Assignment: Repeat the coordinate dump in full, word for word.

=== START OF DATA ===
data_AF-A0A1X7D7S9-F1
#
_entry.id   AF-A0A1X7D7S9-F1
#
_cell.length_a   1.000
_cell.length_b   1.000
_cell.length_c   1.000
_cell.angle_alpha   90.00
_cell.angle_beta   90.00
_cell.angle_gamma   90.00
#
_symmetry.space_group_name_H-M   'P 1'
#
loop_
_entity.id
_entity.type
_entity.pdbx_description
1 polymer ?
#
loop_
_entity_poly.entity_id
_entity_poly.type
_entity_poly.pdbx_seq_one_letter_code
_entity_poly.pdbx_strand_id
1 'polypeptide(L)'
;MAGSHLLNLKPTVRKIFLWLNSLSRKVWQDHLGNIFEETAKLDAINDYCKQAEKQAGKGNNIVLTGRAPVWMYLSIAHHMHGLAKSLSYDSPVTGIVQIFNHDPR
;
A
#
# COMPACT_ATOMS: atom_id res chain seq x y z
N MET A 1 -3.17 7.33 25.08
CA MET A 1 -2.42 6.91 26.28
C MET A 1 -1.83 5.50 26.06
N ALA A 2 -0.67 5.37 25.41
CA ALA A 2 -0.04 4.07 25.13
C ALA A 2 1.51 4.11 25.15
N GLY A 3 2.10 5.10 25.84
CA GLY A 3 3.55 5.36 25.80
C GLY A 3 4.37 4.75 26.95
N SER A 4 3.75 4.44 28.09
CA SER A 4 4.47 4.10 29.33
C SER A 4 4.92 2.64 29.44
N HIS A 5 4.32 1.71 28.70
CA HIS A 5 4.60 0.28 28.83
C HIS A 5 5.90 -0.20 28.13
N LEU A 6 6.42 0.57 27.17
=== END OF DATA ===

data_AF-A0A1X7D7S9-F1
#
_entry.id   AF-A0A1X7D7S9-F1
#
_cell.length_a   1.000
_cell.length_b   1.000
_cell.length_c   1.000
_cell.angle_alpha   90.00
_cell.angle_beta   90.00
_cell.angle_gamma   90.00
#
_symmetry.space_group_name_H-M   'P 1'
#
loop_
_entity.id
_entity.type
_entity.pdbx_description
1 polymer ?
#
loop_
_entity_poly.entity_id
_entity_poly.type
_entity_poly.pdbx_seq_one_letter_code
_entity_poly.pdbx_strand_id
1 'polypeptide(L)'
;MAGSHLLNLKPTVRKIFLWLNSLSRKVWQDHLGNIFEETAKLDAINDYCKQAEKQAGKGNNIVLTGRAPVWMYLSIAHHMHGLAKSLSYDSPVTGIVQIFNHDPR
;
A
#
# COMPACT_ATOMS: atom_id res chain seq x y z
N MET A 1 -3.17 7.33 25.08
CA MET A 1 -2.42 6.91 26.28
C MET A 1 -1.83 5.50 26.06
N ALA A 2 -0.67 5.37 25.41
CA ALA A 2 -0.04 4.07 25.13
C ALA A 2 1.51 4.11 25.15
N GLY A 3 2.10 5.10 25.84
CA GLY A 3 3.55 5.36 25.80
C GLY A 3 4.37 4.75 26.95
N SER A 4 3.75 4.44 28.09
CA SER A 4 4.47 4.10 29.33
C SER A 4 4.92 2.64 29.44
N HIS A 5 4.32 1.71 28.70
CA HIS A 5 4.60 0.28 28.83
C HIS A 5 5.90 -0.20 28.13
N LEU A 6 6.42 0.57 27.17